• The IATA report mentioned above found that 84% of would-be travellers said they will not travel if there is a chance of quarantine at destination. This is around the same level as six months ago.
• Heathrow has said that it is seeing queues of three hours and sometimes six hours at border control. The queues prior to recent restrictions had been between 25 and 45 minutes. Heathrow says ‘we are seeing significant pressure on the border and we are seeing very long queues, and that is a worry.’
• Carnival yesterday pushed out re-sail dates to end-June at the earliest.
• The consumer hopes they can have a summer holiday, but they fear that they may be stuck at both airports for six hours and in a quarantine hotel for the ten days in=between.
• And, sadly, there is a real risk (or certainly a non-negligible one) of the above happening.
• Money speaks louder than words and the price of domestic cottages is rising whilst capacity for flights and cruise for the summer has been reduced.
• Good news for some, less so for others.
• People don’t want to be on issues such as that above, but operators need to plan. Domestic hotels, cottage holiday companies, pubs & restaurants can perhaps quietly prepare for a very busy summer whilst overseas holiday companies might be better advised to take space on option rather than pay for it with no way out.
Other travel news:
• Jet2holidays and Jet2.com has reported a surge in bookings to Greece and Cyprus following news that the two Mediterranean destinations intend to welcome visitors back this summer. Jet2 CEO Steve Heapy says ‘the UK is the most advanced country in Europe when it comes to successfully rolling out a vaccine, so we applaud the Greek and Cypriot governments for their forward-thinking decisions.’ He says ‘this, on the back of the recent announcement by the UK government, gives customers great confidence that they can get away to enjoy the sunshine this summer and the numbers show that this confidence is increasing all the time.’
• STR has reported that major events could help the UK hotel industry later this year. It says bookings are rising in areas such as Glasgow, which will host the UN Climate Change Conference in November. STR says the bounces ‘indicate the optimism for vaccine distribution, better control of the pandemic and improved conditions for travel and events. Guest booking windows have shortened significantly during the pandemic, so there is plenty of potential for these levels to grow even higher as we get closer to the event dates.’
• Travel Weekly reports that bookings are rising for the summer peak holiday period ‘as confidence grows’. However, agents say the majority of sales are still being made for later in the year. The peak holiday period may be shifted slightly later in the year.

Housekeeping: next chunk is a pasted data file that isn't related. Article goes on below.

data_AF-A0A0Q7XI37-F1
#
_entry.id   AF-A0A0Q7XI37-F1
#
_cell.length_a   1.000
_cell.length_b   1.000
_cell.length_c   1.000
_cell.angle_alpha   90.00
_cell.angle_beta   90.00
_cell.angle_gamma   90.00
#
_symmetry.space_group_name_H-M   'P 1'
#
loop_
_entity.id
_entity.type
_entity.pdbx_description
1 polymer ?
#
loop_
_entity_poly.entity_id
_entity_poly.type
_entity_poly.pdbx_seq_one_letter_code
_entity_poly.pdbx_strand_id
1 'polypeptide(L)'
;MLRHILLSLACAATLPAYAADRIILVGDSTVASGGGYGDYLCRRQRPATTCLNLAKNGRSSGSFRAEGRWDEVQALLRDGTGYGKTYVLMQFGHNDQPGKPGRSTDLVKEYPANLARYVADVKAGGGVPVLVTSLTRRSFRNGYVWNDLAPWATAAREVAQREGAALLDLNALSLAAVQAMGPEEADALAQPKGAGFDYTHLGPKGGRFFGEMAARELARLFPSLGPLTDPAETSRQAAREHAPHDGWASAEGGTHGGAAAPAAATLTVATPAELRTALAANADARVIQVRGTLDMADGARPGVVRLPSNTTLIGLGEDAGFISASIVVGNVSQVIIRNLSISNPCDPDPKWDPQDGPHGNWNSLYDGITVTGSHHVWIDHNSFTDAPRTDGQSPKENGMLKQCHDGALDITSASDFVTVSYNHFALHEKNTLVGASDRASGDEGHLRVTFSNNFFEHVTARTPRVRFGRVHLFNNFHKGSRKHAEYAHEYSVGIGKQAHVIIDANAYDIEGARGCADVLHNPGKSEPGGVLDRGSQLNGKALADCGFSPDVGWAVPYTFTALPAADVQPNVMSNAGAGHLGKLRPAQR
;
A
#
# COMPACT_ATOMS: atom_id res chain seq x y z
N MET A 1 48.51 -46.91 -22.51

• Intrepid Travel is reported to have secured the largest investment in its 32-year history from French family investment firm Genairgy.
• STR reports that London hotels have picked up a little. It says occupancy for February was 23.3%, down 69.5% on last year with room rates down 56.9%. The resulting REVPAR, though horrible at minus 86.9%. is better than it was in January. STR says ‘the absolute occupancy and RevPAR levels were up slightly from January 2021, but the ADR level would be the lowest for any month on record in the market. Year-over-year percentage changes will soon turn positive due to comparison with the earliest pandemic-affected months from last year. STR forecasts more significant improvement in absolute levels during the second half of the year.’
• Playtech has reported full year numbers saying it has recorded ‘strategic progress’ and that EBITDA was €310m.
• Playtech reports revenue down 25% at €1.08bn with an adjusted profit after tax of €27.3m down some 77% on last year. Adjusted EPS is down 78% at 8.8c. The co says it has made a ‘good start to 2021 in January and February in context of ongoing lockdowns in certain markets.’
• Playtech CEO Mor Weizer says ‘Playtech also made significant strategic and operational progress by adding new brands, expanding existing relationships and entering new markets. We are particularly pleased with the excellent progress we have made in the US market, launching with bet365 and Entain in 2020, and signing milestone agreements with the Greenwood companies in 2021 to license our products in Michigan, Indiana, New Jersey and Pennsylvania.’
• The company says ‘as the leading technology company in the gambling industry, our licensees look to us to deliver innovation that changes the way players experience gambling entertainment.’ Mr Weizer says ‘the significant strategic and operational progress we achieved in 2020 has placed us in a strong position to capture the exciting market opportunities ahead.’
MORE LEISURE SNIPPETS:
• Highland Spring water sales are reported to have dropped by a quarter over the last year.
• Steak ’n Shake in the US is investing in self-service kiosks at which customers can place orders.
• Lego is reported set ready to recruit ‘hundreds of computer experts in the UK’ to cope with increased demand.
FINANCE & MARKETS:
• Sterling stronger at $1.3928 and €1.1681. Oil higher at $68.36. UK 10yr gilt yield up 1bp at 0.71%. World markets broadly better yesterday with London set to open up around 28pts as at 7.15am.
RETAIL WITH NICK BUBB:
Today’s News: Even though JLP has already said there will be no Partnership Bonus, there is no sign yet of the John Lewis Partnership finals (they are normally not published until about 9.15am and the analysts call is set for 12 o’clock), but the Morrisons finals are out and the headline is “Building on momentum”. Despite LFL sales growth ex-fuel of 8.6% (up 9.0% in Q4), total revenue in y/e Jan was only up 0.4% because of the slump in fuel sales and profit before tax and exceptionals was down c51% to £201m, after £290m of “direct COVID-19 costs to help feed the nation through the crisis”. However, profit before tax and exceptionals would have been up 5.6% to £431m before the payment of £230m of waived Government Business Rates relief, which is bang in the middle of the range guided in January. It remains to be seen if JLP will spell out the benefit to Waitrose of the